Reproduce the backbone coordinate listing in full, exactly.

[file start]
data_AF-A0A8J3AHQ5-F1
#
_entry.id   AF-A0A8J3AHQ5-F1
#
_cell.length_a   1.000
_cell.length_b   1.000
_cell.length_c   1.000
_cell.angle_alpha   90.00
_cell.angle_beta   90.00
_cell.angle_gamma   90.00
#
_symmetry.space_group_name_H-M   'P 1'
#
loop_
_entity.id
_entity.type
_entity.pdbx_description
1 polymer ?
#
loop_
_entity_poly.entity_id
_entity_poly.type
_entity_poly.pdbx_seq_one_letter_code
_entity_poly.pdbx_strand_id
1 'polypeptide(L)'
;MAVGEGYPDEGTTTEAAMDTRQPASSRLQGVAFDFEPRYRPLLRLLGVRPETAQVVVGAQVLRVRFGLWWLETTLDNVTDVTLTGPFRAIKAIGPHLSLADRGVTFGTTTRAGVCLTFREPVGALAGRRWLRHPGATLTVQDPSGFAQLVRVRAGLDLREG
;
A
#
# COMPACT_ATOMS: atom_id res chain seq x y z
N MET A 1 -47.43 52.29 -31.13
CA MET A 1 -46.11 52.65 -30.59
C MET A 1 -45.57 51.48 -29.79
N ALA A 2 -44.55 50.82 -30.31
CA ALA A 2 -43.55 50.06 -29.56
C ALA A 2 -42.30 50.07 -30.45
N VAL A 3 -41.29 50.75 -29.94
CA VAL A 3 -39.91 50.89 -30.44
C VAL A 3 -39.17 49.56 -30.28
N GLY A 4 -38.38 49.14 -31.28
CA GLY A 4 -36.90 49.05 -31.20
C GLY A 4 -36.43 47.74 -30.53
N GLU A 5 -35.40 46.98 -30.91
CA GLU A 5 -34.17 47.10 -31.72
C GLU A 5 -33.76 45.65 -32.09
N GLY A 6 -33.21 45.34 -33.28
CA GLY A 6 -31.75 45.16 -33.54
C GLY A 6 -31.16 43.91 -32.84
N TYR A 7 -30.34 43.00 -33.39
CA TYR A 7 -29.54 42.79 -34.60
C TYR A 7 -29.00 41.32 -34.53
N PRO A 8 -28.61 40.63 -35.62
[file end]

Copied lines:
data_AF-A0A8J3AHQ5-F1
#
_entry.id   AF-A0A8J3AHQ5-F1
#
_cell.length_a   1.000
_cell.length_b   1.000
_cell.length_c   1.000
_cell.angle_alpha   90.00
_cell.angle_beta   90.00
_cell.angle_gamma   90.00
#
_symmetry.space_group_name_H-M   'P 1'
#
loop_
_entity.id
_entity.type
_entity.pdbx_description
1 polymer ?
#
loop_
_entity_poly.entity_id
_entity_poly.type
_entity_poly.pdbx_seq_one_letter_code
_entity_poly.pdbx_strand_id
1 'polypeptide(L)'
;MAVGEGYPDEGTTTEAAMDTRQPASSRLQGVAFDFEPRYRPLLRLLGVRPETAQVVVGAQVLRVRFGLWWLETTLDNVTDVTLTGPFRAIKAIGPHLSLADRGVTFGTTTRAGVCLTFREPVGALAGRRWLRHPGATLTVQDPSGFAQLVRVRAGLDLREG
;
A
#
# COMPACT_ATOMS: atom_id res chain seq x y z
N MET A 1 -47.43 52.29 -31.13
CA MET A 1 -46.11 52.65 -30.59
C MET A 1 -45.57 51.48 -29.79
N ALA A 2 -44.55 50.82 -30.31
CA ALA A 2 -43.55 50.06 -29.56
C ALA A 2 -42.30 50.07 -30.45
N VAL A 3 -41.29 50.75 -29.94
CA VAL A 3 -39.91 50.89 -30.44
C VAL A 3 -39.17 49.56 -30.28
N GLY A 4 -38.38 49.14 -31.28
CA GLY A 4 -36.90 49.05 -31.20
C GLY A 4 -36.43 47.74 -30.53
N GLU A 5 -35.40 46.98 -30.91
CA GLU A 5 -34.17 47.10 -31.72
C GLU A 5 -33.76 45.65 -32.09
N GLY A 6 -33.21 45.34 -33.28
CA GLY A 6 -31.75 45.16 -33.54
C GLY A 6 -31.16 43.91 -32.84
N TYR A 7 -30.34 43.00 -33.39
CA TYR A 7 -29.54 42.79 -34.60
C TYR A 7 -29.00 41.32 -34.53
N PRO A 8 -28.61 40.63 -35.62